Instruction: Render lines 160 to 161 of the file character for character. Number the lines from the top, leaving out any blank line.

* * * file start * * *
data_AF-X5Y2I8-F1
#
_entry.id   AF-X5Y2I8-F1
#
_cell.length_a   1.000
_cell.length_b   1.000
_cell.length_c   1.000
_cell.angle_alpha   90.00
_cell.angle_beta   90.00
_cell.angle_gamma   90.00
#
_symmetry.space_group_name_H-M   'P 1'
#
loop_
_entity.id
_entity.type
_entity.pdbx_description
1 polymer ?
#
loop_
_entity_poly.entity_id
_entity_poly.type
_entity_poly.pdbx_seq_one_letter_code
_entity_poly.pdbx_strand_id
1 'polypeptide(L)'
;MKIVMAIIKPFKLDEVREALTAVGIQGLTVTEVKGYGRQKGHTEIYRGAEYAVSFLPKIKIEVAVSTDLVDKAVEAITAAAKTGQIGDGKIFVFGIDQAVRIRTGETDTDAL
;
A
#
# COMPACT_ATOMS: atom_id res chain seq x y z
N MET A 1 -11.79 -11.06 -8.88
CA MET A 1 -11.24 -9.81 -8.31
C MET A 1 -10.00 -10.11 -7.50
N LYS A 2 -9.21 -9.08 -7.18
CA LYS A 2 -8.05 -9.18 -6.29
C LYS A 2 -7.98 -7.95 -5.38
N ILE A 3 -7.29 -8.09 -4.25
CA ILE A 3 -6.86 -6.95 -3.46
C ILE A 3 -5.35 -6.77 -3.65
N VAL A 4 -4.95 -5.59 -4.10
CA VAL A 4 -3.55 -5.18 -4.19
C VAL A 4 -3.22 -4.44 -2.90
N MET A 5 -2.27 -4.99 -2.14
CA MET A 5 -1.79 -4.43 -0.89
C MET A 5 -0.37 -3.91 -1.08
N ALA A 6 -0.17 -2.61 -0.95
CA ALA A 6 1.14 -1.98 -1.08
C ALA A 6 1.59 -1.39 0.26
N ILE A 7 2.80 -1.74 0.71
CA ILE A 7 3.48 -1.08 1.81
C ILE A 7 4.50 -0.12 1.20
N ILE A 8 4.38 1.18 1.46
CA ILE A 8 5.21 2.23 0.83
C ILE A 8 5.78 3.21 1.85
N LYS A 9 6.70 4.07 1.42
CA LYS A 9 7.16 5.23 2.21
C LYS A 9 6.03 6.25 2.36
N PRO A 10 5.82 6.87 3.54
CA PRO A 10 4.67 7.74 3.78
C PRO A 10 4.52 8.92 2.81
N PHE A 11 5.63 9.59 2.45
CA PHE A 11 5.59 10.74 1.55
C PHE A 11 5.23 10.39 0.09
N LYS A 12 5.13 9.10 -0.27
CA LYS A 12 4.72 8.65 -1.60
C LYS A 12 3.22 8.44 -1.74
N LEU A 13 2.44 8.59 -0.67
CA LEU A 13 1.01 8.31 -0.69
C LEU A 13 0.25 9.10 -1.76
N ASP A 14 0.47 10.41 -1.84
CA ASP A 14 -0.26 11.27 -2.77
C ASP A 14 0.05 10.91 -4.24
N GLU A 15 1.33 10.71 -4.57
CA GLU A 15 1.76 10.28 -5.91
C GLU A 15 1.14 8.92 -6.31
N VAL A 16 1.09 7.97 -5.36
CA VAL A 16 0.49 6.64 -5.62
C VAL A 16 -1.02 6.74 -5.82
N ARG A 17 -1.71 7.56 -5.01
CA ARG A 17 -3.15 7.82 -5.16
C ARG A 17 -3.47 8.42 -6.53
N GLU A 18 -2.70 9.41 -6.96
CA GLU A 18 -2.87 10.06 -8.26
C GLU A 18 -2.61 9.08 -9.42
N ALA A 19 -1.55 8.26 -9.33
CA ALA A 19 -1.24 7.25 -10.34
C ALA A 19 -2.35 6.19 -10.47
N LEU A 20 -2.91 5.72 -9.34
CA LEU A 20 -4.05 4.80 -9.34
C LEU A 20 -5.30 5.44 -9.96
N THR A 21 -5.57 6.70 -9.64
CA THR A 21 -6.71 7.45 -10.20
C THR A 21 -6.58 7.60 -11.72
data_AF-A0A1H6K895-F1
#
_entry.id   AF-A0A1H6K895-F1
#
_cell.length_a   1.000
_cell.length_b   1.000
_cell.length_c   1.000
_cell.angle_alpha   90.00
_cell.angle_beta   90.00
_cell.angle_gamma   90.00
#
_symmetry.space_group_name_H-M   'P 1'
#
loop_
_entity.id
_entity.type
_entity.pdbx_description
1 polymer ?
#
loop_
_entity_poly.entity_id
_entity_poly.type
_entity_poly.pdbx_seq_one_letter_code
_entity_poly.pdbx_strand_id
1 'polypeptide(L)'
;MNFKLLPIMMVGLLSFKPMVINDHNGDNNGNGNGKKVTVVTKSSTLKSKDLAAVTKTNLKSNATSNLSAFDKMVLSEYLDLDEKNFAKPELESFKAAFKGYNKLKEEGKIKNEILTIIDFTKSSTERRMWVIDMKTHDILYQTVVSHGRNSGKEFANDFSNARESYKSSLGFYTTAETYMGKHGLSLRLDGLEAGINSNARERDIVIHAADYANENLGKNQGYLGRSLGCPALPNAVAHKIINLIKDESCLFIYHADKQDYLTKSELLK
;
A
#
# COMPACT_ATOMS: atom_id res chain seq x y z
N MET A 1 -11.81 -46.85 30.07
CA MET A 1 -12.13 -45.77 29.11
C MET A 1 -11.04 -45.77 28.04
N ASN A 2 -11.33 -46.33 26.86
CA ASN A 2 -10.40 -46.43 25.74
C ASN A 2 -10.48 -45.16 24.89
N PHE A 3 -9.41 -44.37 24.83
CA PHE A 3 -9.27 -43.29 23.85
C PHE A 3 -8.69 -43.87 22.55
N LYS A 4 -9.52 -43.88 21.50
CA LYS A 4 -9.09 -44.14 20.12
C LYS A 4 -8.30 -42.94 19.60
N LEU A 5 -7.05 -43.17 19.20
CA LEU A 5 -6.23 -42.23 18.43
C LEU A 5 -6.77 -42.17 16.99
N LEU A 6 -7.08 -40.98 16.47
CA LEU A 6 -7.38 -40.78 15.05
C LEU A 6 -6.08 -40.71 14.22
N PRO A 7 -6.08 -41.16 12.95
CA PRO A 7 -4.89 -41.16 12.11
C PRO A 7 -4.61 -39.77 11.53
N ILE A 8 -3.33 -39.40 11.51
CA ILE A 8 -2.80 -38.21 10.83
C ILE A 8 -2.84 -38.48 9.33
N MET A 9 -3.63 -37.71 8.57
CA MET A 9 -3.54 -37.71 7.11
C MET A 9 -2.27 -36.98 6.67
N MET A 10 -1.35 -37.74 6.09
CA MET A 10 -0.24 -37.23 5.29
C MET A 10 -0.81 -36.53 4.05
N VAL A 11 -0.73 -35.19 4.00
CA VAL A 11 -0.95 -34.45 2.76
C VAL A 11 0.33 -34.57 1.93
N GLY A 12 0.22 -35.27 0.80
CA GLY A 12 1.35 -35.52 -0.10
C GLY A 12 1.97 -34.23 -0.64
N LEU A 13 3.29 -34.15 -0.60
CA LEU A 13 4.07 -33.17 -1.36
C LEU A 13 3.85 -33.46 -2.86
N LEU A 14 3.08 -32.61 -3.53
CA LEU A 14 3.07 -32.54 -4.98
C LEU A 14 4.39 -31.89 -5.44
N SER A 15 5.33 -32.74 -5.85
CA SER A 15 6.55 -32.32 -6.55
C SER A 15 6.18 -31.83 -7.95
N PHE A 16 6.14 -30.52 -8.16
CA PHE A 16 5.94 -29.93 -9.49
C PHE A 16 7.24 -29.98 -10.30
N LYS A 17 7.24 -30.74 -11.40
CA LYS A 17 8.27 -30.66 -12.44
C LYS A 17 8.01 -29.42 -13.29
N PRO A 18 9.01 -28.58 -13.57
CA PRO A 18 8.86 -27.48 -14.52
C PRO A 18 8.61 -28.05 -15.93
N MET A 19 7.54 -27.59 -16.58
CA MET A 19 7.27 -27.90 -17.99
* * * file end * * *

N LEU A 13 3.29 -34.15 -0.60
CA LEU A 13 4.07 -33.17 -1.36